Author(s): Fry J, Barnason A, Horsch RB, Fry J, Barnason A, Horsch RB, Fry J, Barnason A, Horsch RB, Fry J, Barnason A, Horsch RB
Abstract Share this page
Abstract A reproducible system to produce transgenic Brassica napus plants has been developed using stem segments. Stem segments from 6-7 week old plants were inoculated with an Agrobacterium tumefaciens strain containing a disarmed tumor-inducing plasmid pTiT37-SE carrying a chimeric bacterial gene encoding kanamycin resistance (pMON200). Stem explants were cocultured for 2 days before transfer to kanamycin selection medium. Shoots regenerated directly from the explant in 3-6 weeks and were excised, dipped in Rootone®, and rooted in soil. Transformation was confirmed by opine production, kanamycin resistance, and DNA blot hybridization in the primary transformants. Final proof of transformation was demonstrated by the co-transfer of opine production and kanamycin resistance to progeny in a Mendelian fashion. Over 200 transgenic Brassica napus plants have been produced using this system.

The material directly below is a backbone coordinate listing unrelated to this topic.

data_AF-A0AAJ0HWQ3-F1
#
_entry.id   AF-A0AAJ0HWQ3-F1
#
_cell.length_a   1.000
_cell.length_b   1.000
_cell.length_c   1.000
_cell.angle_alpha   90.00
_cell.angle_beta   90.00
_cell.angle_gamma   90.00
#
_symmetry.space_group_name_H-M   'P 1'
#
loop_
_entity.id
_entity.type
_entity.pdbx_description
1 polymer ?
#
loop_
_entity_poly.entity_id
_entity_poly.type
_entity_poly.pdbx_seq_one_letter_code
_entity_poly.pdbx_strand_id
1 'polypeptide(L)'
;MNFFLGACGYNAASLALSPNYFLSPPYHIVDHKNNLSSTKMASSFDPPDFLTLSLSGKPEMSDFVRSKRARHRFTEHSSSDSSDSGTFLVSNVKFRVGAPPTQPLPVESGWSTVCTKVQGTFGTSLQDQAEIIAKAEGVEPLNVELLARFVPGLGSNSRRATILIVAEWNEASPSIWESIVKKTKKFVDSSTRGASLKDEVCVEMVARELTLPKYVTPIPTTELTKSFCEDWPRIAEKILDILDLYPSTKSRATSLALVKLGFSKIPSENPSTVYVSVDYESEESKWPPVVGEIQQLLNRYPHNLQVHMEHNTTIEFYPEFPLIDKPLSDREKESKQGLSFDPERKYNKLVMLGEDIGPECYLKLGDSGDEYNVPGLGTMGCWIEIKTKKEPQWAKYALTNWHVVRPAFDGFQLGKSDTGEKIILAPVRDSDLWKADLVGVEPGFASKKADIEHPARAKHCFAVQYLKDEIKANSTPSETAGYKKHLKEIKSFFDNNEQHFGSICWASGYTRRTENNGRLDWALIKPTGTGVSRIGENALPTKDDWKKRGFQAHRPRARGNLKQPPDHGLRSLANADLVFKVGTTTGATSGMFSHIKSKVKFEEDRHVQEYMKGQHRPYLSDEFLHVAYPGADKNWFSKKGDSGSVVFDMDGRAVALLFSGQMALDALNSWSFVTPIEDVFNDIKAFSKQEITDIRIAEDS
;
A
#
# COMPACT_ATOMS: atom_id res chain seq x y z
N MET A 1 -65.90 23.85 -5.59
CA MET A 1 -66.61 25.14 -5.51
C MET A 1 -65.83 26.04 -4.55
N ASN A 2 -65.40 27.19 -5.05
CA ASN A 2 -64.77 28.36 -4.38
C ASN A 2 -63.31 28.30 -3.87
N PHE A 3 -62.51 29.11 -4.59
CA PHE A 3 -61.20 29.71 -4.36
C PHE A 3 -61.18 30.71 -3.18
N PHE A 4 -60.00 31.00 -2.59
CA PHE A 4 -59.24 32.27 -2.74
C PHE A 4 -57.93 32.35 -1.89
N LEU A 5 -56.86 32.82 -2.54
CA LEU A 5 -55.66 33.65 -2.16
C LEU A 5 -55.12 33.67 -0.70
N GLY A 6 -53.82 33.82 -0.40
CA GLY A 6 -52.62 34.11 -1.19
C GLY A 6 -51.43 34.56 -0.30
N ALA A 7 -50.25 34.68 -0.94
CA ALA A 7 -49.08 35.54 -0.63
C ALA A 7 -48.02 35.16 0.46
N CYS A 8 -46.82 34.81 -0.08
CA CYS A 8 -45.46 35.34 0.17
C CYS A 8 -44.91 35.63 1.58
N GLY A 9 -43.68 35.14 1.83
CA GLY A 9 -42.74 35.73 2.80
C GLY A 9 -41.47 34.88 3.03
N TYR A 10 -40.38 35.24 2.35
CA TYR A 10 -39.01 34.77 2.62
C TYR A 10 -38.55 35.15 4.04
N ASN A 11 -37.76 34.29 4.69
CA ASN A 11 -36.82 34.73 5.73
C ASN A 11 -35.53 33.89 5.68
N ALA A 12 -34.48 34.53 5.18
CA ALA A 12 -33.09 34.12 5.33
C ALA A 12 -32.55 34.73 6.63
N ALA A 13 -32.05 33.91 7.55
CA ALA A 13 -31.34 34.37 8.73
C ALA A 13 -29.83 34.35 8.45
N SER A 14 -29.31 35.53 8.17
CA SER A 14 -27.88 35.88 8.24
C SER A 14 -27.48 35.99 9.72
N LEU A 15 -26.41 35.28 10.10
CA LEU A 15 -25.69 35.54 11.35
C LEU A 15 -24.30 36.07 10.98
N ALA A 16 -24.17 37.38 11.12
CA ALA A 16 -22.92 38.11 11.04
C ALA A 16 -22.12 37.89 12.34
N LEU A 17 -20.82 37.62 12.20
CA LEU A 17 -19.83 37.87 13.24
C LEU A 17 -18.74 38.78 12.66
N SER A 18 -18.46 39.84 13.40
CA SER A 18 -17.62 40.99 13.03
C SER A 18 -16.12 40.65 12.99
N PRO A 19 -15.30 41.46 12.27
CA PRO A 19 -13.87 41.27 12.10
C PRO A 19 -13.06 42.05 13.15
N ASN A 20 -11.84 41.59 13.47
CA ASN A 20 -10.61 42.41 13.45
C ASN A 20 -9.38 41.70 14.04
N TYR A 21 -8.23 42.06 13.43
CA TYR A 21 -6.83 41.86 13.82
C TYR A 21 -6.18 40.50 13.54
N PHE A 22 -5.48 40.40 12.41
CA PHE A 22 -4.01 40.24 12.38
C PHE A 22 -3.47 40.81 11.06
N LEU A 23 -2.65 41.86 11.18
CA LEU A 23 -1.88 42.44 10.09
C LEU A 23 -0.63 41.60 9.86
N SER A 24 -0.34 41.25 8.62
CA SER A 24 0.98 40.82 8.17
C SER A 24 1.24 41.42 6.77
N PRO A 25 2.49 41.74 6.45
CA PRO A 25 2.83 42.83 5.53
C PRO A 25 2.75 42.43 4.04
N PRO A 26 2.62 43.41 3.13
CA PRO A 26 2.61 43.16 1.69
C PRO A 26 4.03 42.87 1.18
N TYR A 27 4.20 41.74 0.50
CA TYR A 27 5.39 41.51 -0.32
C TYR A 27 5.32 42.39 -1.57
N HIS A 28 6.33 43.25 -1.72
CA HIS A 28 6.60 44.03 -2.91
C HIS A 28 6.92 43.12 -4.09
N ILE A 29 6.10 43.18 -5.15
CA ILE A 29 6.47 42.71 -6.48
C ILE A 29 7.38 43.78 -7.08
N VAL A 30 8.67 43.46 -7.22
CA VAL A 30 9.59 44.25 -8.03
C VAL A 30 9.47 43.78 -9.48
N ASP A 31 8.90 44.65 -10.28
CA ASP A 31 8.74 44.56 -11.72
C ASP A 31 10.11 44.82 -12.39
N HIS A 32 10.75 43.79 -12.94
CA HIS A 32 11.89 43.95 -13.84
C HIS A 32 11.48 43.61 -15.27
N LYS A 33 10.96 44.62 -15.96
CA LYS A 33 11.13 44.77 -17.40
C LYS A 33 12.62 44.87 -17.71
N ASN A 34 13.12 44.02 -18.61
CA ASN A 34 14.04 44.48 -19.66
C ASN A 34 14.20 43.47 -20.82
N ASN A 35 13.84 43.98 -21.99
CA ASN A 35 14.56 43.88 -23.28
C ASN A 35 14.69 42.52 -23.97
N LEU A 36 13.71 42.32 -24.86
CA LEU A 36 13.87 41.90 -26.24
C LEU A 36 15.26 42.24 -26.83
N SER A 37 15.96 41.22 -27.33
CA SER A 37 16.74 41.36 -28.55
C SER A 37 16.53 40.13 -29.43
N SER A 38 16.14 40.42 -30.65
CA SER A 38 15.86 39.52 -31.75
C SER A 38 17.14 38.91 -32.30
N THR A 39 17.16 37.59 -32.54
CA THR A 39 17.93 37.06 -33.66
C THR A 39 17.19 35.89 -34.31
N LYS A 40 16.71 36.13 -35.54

This article was published in Plant Cell Rep
and referenced in Rice Research: Open Access